Actually Beats Music is losing music. I’ve been testing out the service for the past few weeks against Rdio (I had Spotify but the interface’s on the iPhone, iPad and desktop player are disparate and butt ugly) and found that several albums and tracks had suddenly become unplayable.

    Not the popular stuff like Rihanna or Imagine Dragons but niche songs and albums that have become personal anthems for me — J.Rawls Presents The Liquid Crystal Project 2 come to mind — were suddenly gone. I’m also a fan of Tori Kelly but discovered that one of her EP’s was grayed out. There was also a few obscure electronic/downtempo tracks that I really enjoy that are gone too (a couple of Eddy Meets Yannah tracks and albums).

    This review didn’t touch on Rdio’s apps and the synergy between them. Playing a song through the web interface is controllable through the iPhone or iPad app and vice versa. The interface also keeps track of what you were listening to so if you started a song on your smartphone you could it pick up on the desktop (again, vice versa).

    As for the interface itself it towers over them all. My only criticism, now that Beats is on the scene, is that the controls and sidebar text is way, WAY too small. My hope is that at some point they’ll address that but as of today I think Rdio offers the best value.

    • nobjizzer

      deezer, anybody? If you’ve never used deezer you are all a bunch of fossils! dunno maybe us poms are lucky and its only available here in the u.k.
      seriously though go check out deezer, some mobile phone companies offer it together with part of your phone contract. ;-)

  • Philly Ciz

    This article was beyond biased but what would one expect from a site dedicated to worshiping Apple. Google music has apps for ios and android but it also works on mac and linux and windows in your browser. The only place I have ever seen anyone have issues accessing it is (drumroll please) an iPhone, with its lack of flexibility and flash lol. See it integrates with your gmail, the same way google voice, youtube, etc do. The combination of their digital locker, which I store 20,000 songs of my own from my itunes and their all-access which includes specialized reviews, suggestions etc is right up there with Spotify. My only issue is the ability to share what you play with people on social networks other than G plus. Spotify may be the best streaming service by a small bit, but Google has achieved what Spotify has and beaten out Amazon and their digital locker service. You didn’t even mention Google Music after the chart. Beats Music looks cool but it tries to sell you AT&T and the music it supposedly chooses for you from the word choices are often far from what I was looking for. Great idea but at this point it is unproven. I mean come on Lucy. did you type this on your macbook while listening to your itunes on your iphone while doodling on your ipad while watching Apple TV? Thank god Apple’s attempt at a streaming service has failed thus far. If anyone wants the best experience. Spotify and Google Music are it. Let’s be honest, you ignored Google Music beyond the chart on purpose even though the chart clearly shows it being as good or better than every other service. They let anyone right columns these days.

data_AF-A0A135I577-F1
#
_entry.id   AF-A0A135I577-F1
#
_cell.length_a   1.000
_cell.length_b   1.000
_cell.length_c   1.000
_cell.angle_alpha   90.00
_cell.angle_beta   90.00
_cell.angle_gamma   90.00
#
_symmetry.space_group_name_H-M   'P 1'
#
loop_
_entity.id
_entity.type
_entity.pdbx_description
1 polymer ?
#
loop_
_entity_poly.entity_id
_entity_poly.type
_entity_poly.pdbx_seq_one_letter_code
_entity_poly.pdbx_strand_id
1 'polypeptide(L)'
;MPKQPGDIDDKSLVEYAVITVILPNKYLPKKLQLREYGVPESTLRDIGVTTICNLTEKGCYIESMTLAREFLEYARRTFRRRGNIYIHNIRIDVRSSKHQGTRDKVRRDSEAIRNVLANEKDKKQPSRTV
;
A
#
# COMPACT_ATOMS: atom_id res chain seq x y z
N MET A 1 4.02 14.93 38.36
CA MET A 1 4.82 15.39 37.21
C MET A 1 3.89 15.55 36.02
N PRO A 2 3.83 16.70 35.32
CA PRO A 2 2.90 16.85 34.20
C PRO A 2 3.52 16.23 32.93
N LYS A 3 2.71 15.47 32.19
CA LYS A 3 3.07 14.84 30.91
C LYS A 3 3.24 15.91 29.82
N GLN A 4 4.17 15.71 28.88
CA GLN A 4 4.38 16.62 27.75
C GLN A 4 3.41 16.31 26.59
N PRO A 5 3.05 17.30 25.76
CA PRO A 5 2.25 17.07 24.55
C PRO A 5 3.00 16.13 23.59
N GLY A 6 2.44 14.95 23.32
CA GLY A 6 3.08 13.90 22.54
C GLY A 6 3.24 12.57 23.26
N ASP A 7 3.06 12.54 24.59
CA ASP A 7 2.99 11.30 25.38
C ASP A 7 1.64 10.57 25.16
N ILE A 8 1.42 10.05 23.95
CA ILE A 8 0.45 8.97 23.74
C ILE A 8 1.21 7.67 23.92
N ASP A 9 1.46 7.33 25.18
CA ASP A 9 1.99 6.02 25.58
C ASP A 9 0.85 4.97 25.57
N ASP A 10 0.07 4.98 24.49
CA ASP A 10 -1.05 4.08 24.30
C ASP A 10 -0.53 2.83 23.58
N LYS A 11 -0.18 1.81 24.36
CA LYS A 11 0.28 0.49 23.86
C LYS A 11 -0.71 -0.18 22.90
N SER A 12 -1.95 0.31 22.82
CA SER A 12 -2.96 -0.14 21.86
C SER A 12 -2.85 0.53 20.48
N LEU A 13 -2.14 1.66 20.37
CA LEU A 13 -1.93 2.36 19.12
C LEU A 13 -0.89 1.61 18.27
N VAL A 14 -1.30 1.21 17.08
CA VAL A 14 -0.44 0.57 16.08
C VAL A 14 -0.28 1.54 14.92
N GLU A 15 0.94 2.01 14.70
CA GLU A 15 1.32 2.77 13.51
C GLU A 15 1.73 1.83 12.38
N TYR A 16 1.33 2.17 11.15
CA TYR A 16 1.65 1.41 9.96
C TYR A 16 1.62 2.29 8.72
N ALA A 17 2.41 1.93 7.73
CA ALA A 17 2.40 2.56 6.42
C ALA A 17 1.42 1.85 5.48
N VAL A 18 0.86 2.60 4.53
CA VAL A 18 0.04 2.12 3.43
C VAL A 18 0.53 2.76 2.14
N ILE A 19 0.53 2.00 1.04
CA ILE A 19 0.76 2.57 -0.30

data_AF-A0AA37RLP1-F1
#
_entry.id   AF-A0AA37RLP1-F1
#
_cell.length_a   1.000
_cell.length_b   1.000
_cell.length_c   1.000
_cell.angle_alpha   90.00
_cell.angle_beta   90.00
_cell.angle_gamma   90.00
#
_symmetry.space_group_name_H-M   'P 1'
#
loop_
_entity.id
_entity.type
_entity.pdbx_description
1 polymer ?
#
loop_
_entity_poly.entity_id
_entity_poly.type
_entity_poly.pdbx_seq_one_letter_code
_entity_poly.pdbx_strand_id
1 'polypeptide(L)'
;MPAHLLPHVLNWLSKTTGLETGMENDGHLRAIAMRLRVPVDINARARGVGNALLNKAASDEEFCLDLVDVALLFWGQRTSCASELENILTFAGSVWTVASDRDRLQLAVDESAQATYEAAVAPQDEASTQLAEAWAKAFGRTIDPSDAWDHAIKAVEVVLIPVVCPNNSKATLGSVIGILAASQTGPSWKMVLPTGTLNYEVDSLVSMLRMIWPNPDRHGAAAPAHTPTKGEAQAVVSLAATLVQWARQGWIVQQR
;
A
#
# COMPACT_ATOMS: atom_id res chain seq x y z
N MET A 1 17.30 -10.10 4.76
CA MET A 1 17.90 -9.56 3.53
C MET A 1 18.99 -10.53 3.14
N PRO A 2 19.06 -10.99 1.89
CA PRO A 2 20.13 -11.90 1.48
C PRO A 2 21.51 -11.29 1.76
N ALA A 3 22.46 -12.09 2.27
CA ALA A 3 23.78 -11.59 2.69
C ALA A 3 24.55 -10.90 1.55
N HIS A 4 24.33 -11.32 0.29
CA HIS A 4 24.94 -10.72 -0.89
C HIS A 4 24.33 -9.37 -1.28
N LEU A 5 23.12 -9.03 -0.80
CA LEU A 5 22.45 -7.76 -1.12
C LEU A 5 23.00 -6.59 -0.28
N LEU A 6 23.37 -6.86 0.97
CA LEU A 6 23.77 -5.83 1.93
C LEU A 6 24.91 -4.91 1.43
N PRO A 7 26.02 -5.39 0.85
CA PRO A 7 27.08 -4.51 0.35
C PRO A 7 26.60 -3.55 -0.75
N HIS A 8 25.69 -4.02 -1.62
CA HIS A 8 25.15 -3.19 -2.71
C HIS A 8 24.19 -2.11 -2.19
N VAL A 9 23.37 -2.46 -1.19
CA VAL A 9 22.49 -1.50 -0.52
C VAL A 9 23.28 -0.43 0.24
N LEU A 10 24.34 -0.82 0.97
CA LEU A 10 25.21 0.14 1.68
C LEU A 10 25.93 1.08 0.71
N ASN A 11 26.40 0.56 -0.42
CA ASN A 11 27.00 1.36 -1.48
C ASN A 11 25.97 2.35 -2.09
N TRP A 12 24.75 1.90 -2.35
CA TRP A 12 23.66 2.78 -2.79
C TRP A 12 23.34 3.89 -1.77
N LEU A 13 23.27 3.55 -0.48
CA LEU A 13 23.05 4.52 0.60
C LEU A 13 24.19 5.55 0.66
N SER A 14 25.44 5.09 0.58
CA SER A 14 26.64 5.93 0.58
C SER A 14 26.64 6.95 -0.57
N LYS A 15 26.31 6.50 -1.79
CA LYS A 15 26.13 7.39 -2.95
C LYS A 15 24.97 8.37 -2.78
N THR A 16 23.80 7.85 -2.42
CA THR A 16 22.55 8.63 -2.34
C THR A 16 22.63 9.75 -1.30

• Samuel Holliday Nelson

    Everyone keeps ragging on Spotify for having a bad GUI, but this is demonstrably not the case. Take these steps to see why I’m right.

    1. Open Spotify.
    2. Search for a song, then play it.

    Now let’s reflect. Did you have trouble with this? If so, then you’re an incompetent geriatric completely unsuited to life in this millennium. If this isn’t the case, then you may have some serious developmental issues to come to terms with.

    • You can’t judge an entire UI based off one action. If I were to use these media services for simply searching songs and playing them, I would use Soundcloud or Youtube.

    • DFW Heathen

      I agree. I don’t see what is so difficult about the Spotify UI. If that is really the best reason for not using it then maybe they need to try a Fisher Price version.

    • Rudy777King

      If something is very popular, like Tesla or Spotify, competing companies start to attack mainly via social media with fake profiles. If spotify is really so bad why it has the most subscribers ? This is the right question we have to ask.

    • Joseph Seboek

      Are we even talking about the new UI for Android that launched in May. It’s awesome! I am sure iOS is good as well. I am doing a trial with Google All Access, yet was surprised to see the lack of depth in their music library. Talking mainstream music where compared to Spotify, albums per artist are like 2:1. Deal breaker. Liked everything else about the service. Again, really surprised Google does not have a bigger library.

    • Warren Lauzon

      Spotify also has an excellent ROKU app – I think it is the only streaming service that has the ROKU app.

  • ejdeleon

    I did a 7-day trail with Beats Music and wasn’t impressed but I have AT&T and would like to know the advantages of having Beats Music with AT&T. I’m doing a 30-day trial with Spotify and very impressed so far. But I’m wondering if or when iTunes will unleash their on-demand service? Anyone have an idea?

  • William